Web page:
Weekly Market Update: Markets fall after record low US GDP data

Weekly Market Update: Markets fall after record low US GDP data

Mon 03 Aug 2020

Read our full Market Update Week 31

Market Update

Major indices closed down for a second week running, with investors reacting to a flood of quarterly earnings reports and some prominent economic data. US corporate earnings were in the spotlight during the week, with tech giants Facebook, Amazon, Apple, and Alphabet reporting mostly healthy gains in revenues despite the pandemic. Energy stocks recorded the largest declines, dragged lower by Chevron and ExxonMobil, following reports of steep second-quarter losses. Global equities fell -1.8% in Sterling terms, with Japanese and EU markets worst hit, down -6.3% and -4.3% respectively. US, UK and Emerging Market equities were also negative, down -0.7%, -3.7% and -0.7% respectively. Record low US GDP data, election worries and an uncertain fiscal backdrop pushed the yield on US 10Y Treasuries to the lowest level since early March, closing the week at 0.528%. The 10Y Gilts yield closed the week at 0.104%, with returns of +0.5%. Gold rallied +3.9% in USD terms and is trading at all-time highs, while Oil fell -4.5% last week.

CIO Analysis

US stocks are back near all-time highs, against a backdrop of a post-war record economic slump of nearly 10% and an earnings drop of over 35%. While this is consistent with our model, that markets mostly care about the amount of near-free cash in circulation, we also feel that investors are maybe disturbingly oblivious to major risk build-ups. For one, a second viral wave is hitting the US and other big economies around the world, with mortalities rising near their previous peaks and no universal vaccine solution until at least the end of the year. Second, liberal economies across Europe and the Americas, long depending on monetary policy to substitute politically difficult budget initiatives, are finding it difficult to agree on the size and manner of desperately needed fiscal stimuli, risking compounding job losses and business closures. Complicating matters, political uncertainty is once again becoming thematic, as US President Donald Trump all but confirmed last week that he has no intention to concede a possible defeat on the night of the election, while Germany is still soul-searching about what the post-Merkel era will look like. Should investors heed these concerns and pro-actively reduce risks? We believe that this is not necessary, as aggressive monetary policy has often proved more potent than short-term risks.  But we can’t see possible fresh highs in global stocks becoming a signal to add risk either, as the course of the pandemic may fundamentally shift economic and financial realities. Instead, risk has to be taken in a measured way, and with investors prepared more than ever to challenge even their long-term asset allocation assumptions.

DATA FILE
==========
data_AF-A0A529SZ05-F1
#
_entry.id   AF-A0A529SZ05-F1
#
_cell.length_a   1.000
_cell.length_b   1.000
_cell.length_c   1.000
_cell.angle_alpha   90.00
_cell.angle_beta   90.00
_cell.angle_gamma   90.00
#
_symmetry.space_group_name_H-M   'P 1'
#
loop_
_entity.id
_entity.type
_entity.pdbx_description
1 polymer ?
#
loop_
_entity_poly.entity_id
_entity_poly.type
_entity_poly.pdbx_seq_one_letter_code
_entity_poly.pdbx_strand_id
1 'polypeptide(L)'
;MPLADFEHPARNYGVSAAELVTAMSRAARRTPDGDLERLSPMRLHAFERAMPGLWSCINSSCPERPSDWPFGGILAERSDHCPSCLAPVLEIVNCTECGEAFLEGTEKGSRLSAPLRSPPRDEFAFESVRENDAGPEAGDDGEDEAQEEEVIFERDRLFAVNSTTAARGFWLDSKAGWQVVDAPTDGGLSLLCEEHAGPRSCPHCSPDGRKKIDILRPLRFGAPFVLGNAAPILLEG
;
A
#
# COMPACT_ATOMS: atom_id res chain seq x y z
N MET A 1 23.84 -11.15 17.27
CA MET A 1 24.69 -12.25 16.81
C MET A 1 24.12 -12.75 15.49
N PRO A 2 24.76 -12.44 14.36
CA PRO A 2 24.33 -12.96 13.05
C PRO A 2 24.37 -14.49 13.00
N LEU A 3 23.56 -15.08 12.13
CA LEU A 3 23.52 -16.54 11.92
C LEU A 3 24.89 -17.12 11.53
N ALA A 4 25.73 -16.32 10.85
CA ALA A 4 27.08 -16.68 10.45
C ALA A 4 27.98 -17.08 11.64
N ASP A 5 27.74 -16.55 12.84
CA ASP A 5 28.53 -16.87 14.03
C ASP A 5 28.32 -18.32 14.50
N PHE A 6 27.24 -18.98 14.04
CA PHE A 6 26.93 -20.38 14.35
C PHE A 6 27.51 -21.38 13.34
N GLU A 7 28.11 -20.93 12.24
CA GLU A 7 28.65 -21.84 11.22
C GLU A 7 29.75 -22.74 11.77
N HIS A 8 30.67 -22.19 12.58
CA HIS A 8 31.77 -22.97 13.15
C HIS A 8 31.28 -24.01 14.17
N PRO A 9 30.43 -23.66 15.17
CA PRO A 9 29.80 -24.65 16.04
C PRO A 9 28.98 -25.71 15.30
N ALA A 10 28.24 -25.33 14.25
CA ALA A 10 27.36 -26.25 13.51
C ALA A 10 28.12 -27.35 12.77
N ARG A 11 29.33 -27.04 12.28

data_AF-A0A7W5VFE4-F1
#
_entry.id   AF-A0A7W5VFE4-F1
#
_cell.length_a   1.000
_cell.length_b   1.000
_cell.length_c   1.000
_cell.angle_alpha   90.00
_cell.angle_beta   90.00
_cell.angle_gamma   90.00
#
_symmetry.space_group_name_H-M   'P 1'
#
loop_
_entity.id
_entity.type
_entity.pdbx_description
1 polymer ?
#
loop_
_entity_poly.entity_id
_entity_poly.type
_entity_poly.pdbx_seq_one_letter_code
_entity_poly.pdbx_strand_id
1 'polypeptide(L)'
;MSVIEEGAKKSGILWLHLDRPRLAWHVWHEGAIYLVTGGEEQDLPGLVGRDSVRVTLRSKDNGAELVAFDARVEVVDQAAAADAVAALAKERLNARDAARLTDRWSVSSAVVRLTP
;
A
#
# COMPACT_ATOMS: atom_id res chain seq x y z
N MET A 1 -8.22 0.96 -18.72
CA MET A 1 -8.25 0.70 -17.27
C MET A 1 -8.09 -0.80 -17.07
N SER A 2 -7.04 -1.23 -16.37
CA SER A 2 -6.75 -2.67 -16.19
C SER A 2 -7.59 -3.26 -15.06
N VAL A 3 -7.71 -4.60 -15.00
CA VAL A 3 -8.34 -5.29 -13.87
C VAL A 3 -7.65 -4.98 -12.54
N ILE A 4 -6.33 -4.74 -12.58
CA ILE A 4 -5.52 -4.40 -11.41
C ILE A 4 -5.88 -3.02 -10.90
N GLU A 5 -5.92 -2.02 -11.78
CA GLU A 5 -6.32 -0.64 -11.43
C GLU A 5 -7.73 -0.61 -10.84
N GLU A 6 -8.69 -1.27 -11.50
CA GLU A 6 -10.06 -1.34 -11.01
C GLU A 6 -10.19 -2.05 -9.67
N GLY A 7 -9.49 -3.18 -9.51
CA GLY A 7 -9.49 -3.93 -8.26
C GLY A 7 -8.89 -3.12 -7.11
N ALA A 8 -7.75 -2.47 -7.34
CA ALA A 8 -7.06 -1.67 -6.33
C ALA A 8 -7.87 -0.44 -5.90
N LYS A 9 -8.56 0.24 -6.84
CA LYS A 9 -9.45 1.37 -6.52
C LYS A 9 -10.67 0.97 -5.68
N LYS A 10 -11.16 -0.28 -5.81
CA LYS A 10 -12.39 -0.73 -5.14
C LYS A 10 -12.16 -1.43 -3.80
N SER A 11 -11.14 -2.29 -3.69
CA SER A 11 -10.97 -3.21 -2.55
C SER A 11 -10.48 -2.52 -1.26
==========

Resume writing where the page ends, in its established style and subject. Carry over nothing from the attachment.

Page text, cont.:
-David Baker, CIO

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